JIMFF 2012 Review: ABBA

Contributor; Seoul, South Korea (@pierceconran)
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JIMFF 2012 Review: ABBA
Seen at the 8th Jecheon International Music & Film Festival (JIMFF).

Though not always convinced by the films, the Jecheon Intl. Music & Film Festival was definitely a period of musical discovery for me. It reawakened my love for Tropicalia and Serge Gainsbourg, made me wish I had more time to play my guitar (Jason Becker: I'm Not Dead Yet) and introduced me to flamenco singing (Morente). On the flipside I also discovered that I am not too keen on Thai country music (The Moon). The Taiwanese documentary Abba (which features a number of flashback scenes) led me to more uncharted territory as it immersed me in Taiwan's pop music scene.
This doc's subject is Hong Yi-feng, the late King of Taiwanese Pop. Much of the proceedings involve the staging of a tribute concert being put on by his three sons (themselves successful artists) following his death. It's a tribute film that commemorates his achievements as a pioneering musician in Taiwan but it is also a portrait of a deeply flawed man who was a strict father, an adulterer and ultimately an absentee family man. Most of the film is told from the viewpoint of his sons, all of whom are grown up with their own families.
I liked a number of the songs and was indifferent to some but this particular work isn't really about its subject's music. Don't get me wrong, much of the running time is devoted to his songs and talking heads ruminating on the legacy of his work but the lasting impression of the film is as a family portrait. Hong's songs amplify the tone, which is nostalgic and whimsical. They serve as an aid to the crux of the documentary's narrative, rather than being the be all and end all, as they are in most music documentaries.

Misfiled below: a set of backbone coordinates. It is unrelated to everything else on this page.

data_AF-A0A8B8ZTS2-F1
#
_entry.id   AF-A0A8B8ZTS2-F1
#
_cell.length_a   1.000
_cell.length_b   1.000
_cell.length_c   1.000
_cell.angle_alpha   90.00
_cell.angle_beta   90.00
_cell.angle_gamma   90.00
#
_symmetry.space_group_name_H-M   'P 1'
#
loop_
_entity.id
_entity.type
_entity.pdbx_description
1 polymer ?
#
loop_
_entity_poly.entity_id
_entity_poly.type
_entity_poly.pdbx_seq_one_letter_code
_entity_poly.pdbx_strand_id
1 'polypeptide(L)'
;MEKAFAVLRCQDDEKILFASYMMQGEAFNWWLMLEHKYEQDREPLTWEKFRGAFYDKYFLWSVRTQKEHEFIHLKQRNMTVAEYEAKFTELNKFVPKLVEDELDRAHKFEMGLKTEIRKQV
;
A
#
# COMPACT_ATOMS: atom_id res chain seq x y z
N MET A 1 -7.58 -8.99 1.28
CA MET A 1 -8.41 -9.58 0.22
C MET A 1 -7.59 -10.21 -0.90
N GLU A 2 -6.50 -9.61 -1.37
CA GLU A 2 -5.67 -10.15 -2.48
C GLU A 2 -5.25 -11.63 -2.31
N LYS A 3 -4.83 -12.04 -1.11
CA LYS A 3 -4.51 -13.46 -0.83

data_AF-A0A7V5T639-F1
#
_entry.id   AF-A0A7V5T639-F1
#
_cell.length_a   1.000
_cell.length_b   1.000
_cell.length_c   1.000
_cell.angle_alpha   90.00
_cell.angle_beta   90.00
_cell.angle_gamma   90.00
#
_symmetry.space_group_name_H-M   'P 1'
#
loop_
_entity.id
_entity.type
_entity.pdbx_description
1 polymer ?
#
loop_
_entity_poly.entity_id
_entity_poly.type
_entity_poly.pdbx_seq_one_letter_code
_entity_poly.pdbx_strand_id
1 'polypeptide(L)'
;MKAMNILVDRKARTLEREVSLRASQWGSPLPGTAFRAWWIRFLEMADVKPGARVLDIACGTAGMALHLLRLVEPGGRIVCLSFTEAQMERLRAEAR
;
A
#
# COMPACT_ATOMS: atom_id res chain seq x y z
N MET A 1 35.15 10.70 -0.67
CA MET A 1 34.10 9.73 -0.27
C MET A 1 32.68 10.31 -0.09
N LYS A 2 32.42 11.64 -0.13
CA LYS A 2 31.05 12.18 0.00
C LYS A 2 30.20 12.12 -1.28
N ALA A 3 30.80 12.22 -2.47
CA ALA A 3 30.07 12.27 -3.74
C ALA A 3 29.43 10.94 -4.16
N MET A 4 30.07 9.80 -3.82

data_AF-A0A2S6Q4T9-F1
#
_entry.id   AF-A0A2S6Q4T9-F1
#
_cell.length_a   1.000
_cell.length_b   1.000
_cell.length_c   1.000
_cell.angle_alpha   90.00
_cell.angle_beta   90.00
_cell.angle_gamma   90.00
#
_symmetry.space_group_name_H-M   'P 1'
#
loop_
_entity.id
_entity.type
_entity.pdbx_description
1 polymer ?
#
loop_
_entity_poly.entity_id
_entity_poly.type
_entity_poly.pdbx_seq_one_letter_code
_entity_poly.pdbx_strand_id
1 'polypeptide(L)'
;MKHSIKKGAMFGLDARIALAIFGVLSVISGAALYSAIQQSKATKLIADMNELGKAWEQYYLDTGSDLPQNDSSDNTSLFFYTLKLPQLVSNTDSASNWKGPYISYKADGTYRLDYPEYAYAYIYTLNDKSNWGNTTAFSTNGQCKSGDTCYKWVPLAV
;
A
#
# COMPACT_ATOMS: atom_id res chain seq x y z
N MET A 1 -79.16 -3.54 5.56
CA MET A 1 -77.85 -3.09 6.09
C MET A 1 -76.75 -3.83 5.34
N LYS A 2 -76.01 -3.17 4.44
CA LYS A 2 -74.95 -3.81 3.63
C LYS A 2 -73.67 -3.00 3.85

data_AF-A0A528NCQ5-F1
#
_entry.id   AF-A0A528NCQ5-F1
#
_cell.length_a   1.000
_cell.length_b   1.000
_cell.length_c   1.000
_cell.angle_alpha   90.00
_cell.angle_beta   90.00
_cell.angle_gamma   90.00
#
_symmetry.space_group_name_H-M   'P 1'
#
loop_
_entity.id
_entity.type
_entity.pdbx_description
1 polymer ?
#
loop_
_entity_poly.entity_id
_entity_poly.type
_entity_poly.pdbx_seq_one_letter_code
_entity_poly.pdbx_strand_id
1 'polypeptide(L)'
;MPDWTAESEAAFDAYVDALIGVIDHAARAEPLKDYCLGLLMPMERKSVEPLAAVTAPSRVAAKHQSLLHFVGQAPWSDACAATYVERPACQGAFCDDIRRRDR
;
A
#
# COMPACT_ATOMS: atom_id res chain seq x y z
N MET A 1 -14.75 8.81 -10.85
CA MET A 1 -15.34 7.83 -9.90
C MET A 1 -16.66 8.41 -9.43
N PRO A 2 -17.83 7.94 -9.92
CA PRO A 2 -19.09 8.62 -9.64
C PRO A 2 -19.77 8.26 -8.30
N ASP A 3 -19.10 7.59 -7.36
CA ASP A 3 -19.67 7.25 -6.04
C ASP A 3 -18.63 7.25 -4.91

It's a novel approach and one that actually works quite well. Aided by some well-staged flashback scenes and the razzle-dazzle of the modern Taiwan music industry in full swing during the tribute concert, Abba almost succeeds but then the it shoots itself in the foot. The third act goes full-tearjerker as the extended finale revolves around Hong's death, which the film's team was present to document. It is saccharine and cloying to such a degree that it almost torpedoed the whole film. It's a real shame and though I wouldn't say the rest of the film had been balanced and objective before that (far from it), it was just enough on the right side of sweet that it could have won me over with some judicious editing and a steady hand in the film's most emotional moments.
Still, Abba was a well-put together documentary that mixes a number of different styles to a satisfying degree all the while taking a slightly different approach to its subject than we are used to. It's just a real shame about the last half hour, drawn-out and mawkish, it derails the film.

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